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When books are not taken for granted


"The World in Books", our tried-and-tested international project to encourage reading, was launched in yet another country in June 2016. In collaboration with terre des hommes switzerland we trained employees of a Mozambican grass-roots organisation as replicators. The aim is to offer activities that encourage reading and writing, on the basis of the local storytelling traditions, in the city of Chimoio, to complement existing educational options for children and youths. The long-term plan is to establish local book production and a library.

Most people here in the Western world take it for granted that we can choose our books from a multitude of publications available in the market. There are subsidies for creating literary works, a still-vibrant publishing industry, critical reception and a dense network of libraries and bookshops. This is not necessarily the case everywhere in the world, not by a long measure, and in Africa in particular there are many countries where there is no book production worth the name, no measures to promote reading and thus no culture of reading either. This state of affairs also applies to Mozambique, on the east coast of Africa. Not only is poverty prevalent in the country, the illiteracy rate is high too, with the opportunity of receiving an education small for the majority of the population.

Prospects for the future for youths
This was confirmed by Marcelino, Santos and Carlitos when they visited Switzerland for "The World in Books" training programme in June 2016. They work in the Centro Aberto de Jesus in the city of Chimoio, one of terre des hommes switzerland's partner organisations. The centre enhances children and youth's prospects for the future by offering training courses in skilled manual trades. By selling their wooden or textile products they can generate a small income. They also support orphans by sewing school uniforms, for example.

The centre consciously focuses on culture and play too, as these contribute in a very fundamental way to the psychosocial health of young people growing up in precarious circumstances. Marcelino, the founder and head of the centre, says that it is important that the various social groupings are included in the process and that they communicate with each other. Mozambican society is highly fragmented; social, political and religious tension is deeply rooted to this day, and there are many social taboos. Carlitos, the centre's programme coordinator, is convinced that literature plays an important role in psychosocial work. "By adding "The World in Books" programme to our services we want to introduce another element to fortify children and youths in their development." That is why he wants to find ways to introduce the world of literature and books to young people in Chimoio.


Nothing ventured, nothing gained
"How can I create a book in such a way that it will be understood by my readers?" The question posed on the first day by Santos, the oldest person in the group, hits the nail on the head. An intense working week follows, with the simultaneous translator, a Mozambican herself, enabling more in-depth discussions.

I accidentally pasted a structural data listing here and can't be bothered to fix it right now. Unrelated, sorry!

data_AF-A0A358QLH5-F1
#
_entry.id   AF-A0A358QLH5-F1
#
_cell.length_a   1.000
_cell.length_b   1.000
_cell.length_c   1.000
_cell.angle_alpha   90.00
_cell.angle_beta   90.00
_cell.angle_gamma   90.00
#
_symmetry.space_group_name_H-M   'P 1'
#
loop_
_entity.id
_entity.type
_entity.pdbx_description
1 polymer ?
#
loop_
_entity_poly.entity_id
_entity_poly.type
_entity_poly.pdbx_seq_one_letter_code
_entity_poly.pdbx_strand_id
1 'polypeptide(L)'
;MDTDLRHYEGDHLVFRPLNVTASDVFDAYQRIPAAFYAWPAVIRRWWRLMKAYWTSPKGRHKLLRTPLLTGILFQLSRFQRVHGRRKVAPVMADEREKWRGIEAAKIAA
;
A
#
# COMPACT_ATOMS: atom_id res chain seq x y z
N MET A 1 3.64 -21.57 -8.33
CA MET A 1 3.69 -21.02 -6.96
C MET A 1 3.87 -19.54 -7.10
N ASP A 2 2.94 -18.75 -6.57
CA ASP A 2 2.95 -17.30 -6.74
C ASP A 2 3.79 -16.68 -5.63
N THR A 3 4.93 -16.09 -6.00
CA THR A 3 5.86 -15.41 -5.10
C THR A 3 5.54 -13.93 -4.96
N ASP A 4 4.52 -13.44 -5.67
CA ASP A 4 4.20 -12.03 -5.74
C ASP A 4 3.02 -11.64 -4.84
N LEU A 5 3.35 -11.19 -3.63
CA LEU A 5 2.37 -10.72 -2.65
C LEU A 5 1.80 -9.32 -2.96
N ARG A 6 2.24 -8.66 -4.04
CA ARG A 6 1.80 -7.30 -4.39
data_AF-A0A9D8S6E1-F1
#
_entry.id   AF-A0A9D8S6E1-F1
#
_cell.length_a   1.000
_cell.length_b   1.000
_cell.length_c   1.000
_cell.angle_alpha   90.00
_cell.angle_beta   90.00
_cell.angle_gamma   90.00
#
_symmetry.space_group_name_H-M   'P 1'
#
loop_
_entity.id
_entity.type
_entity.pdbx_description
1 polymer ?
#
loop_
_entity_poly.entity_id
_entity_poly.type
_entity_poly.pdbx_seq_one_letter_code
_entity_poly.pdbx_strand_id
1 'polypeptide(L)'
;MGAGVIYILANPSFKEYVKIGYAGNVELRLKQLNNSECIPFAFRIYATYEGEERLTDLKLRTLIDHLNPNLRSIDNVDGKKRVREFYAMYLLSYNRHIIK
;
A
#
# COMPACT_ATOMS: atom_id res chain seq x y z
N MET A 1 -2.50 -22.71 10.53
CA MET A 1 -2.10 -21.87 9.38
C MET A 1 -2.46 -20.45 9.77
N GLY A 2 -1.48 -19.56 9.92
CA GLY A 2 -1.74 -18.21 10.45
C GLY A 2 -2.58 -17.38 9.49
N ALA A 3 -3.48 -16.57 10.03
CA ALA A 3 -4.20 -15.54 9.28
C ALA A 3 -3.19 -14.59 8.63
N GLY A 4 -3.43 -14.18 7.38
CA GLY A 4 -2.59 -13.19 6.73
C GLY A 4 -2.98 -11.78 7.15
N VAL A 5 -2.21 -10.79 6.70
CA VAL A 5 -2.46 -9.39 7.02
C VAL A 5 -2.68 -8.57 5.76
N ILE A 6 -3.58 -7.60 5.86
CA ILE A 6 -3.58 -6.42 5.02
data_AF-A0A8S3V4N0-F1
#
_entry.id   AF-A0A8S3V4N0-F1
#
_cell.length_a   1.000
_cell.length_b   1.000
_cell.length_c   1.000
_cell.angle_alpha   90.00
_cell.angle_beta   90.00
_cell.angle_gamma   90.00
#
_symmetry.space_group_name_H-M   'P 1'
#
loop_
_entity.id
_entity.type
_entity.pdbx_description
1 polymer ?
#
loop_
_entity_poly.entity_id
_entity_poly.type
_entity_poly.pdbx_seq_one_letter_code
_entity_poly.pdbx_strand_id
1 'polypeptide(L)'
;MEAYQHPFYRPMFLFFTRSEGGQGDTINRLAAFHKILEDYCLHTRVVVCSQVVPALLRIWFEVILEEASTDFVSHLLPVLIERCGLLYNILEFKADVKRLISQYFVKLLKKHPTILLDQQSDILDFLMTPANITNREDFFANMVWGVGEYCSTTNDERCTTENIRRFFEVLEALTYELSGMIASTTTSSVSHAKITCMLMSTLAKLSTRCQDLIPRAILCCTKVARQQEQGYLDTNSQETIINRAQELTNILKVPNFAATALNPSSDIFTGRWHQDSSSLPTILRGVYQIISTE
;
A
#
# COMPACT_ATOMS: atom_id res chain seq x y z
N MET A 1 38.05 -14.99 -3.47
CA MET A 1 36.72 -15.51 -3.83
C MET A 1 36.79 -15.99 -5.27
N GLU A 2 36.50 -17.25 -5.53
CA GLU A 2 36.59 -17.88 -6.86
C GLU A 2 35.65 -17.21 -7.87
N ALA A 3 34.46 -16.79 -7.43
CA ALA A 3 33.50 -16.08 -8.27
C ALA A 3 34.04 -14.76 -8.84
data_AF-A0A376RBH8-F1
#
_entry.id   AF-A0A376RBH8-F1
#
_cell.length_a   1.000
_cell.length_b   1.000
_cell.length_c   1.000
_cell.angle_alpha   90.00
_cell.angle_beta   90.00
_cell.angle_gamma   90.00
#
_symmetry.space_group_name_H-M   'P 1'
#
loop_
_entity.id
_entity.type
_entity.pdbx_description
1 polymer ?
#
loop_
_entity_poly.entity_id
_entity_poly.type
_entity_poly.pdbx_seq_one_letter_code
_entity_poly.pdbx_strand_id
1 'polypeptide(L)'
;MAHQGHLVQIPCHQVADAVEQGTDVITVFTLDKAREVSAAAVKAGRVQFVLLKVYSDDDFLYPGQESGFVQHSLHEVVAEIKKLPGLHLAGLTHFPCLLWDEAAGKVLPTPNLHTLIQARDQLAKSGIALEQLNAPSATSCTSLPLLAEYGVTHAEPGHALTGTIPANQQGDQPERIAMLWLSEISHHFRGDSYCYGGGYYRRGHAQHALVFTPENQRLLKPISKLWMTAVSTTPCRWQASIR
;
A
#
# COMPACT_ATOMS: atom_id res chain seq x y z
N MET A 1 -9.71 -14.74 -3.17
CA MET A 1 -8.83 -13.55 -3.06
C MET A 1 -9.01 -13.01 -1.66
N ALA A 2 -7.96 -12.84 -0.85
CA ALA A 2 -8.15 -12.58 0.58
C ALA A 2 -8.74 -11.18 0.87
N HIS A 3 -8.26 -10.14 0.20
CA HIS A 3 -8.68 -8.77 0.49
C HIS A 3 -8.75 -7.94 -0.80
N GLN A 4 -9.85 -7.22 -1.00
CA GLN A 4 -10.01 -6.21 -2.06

A well-stocked bookshelf is the basis; it offers material for intuitive access as well as sober analysis. The basic principle is: nothing ventured, nothing gained. As early as on the second day the three participants set out to create a story of their own in words and pictures. Later in the week they get to know simple bookbinding techniques. Every day offers new methodological inputs for concepts and creative processes. Each of the three participants tries them out immediately. And if the working day is not long enough, then they sit down again at night in the hotel in order to realise their ideas.

Many stories waiting to be told

Successfully encouraging people to read is always based on a diversity of opportunities. This is why we visit various establishments in Basel, including an intercultural library, a workshop on children's books, and a bookshop, amongst many others. Every station brings forth new aspects – and illustrates that in Switzerland too, people repeatedly have to find new approaches, in order to provide children and youths from various social classes with access to books – frequently without much money and with a lot of honorary work. The three visitors are not only impressed by the bookshelves on wheels, language games or home-made stamps made out of erasers that they meet, but also enthusiastically develop ideas of their own that they want to implement in Chimoio. The centre's own carpentry workshop could make the shelves for future mobile libraries, for example…
There is no dearth of stories. The storytelling tradition is deeply rooted in Mozambique; what is needed now is to find the right form to ensure that this literary treasure is not lost and can be further developed. This too is one of literature's characteristics – it is in a constant state of flux and is always changing, mirroring the society that creates it.

At the end of the week each participant presents his own handmade book – and a jointly-elaborated project plan for the first phase of a scheme to be offered by the Centro Aberto de Jesus. Santos, Carlitos and Marcelino's aims are formulated precisely, and with a lot of enthusiasm. Baobab Books and terre des hommes switzerland will support them in word and deed, with the latter organisation providing seed funding for the implementation of activities. The three men have carefully packed up their books and equipment and have now set off for home. They will have quite a few stories to tell when they get there.

Do you like our work? You too can support our project "The World in Books" with a donation. We are grateful for every contribution.


Text: Sonja Matheson

Photos: Pablo Wünsch Blanco, Manuela Vonwiller, Sonja Matheson


© 2016 Baobab Books